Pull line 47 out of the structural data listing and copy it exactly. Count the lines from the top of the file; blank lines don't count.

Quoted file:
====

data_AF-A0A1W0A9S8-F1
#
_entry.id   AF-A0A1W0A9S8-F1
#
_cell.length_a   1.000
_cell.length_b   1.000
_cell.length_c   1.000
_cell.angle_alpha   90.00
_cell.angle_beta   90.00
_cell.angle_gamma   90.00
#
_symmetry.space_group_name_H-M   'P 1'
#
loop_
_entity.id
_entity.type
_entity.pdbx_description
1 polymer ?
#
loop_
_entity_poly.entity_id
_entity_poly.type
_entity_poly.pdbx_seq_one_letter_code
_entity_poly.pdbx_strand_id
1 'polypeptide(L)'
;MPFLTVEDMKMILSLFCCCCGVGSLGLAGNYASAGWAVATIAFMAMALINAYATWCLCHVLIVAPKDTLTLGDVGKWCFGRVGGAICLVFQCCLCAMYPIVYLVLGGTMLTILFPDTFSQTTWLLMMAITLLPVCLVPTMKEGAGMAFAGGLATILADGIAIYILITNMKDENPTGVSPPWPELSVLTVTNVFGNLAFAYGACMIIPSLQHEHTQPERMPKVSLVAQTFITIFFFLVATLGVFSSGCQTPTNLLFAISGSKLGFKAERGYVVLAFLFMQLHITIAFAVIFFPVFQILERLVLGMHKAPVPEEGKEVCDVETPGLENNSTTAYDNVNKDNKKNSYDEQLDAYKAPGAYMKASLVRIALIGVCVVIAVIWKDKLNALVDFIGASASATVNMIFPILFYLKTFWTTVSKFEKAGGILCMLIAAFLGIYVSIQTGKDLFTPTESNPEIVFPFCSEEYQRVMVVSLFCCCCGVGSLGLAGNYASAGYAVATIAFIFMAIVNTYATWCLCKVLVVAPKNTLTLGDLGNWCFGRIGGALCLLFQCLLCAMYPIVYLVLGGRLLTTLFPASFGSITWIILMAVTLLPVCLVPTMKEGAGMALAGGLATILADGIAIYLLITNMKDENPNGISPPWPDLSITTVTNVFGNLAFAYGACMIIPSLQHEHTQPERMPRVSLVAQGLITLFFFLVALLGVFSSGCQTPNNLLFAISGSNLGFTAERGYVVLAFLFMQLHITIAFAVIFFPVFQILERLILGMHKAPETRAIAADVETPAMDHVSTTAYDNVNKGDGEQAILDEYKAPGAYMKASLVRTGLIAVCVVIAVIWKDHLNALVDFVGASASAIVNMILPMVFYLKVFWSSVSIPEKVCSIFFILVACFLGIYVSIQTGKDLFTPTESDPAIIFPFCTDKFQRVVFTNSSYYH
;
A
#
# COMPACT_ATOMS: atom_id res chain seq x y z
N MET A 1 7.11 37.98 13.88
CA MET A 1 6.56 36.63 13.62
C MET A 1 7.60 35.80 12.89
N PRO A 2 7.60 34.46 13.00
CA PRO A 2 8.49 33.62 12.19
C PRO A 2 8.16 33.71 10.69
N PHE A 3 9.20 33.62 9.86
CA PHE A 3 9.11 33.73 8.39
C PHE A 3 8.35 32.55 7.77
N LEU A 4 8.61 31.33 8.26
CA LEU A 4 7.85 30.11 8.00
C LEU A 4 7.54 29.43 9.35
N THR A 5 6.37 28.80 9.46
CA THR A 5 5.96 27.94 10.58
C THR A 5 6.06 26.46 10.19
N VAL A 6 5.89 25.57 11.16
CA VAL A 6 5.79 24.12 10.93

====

CA VAL A 6 5.79 24.12 10.93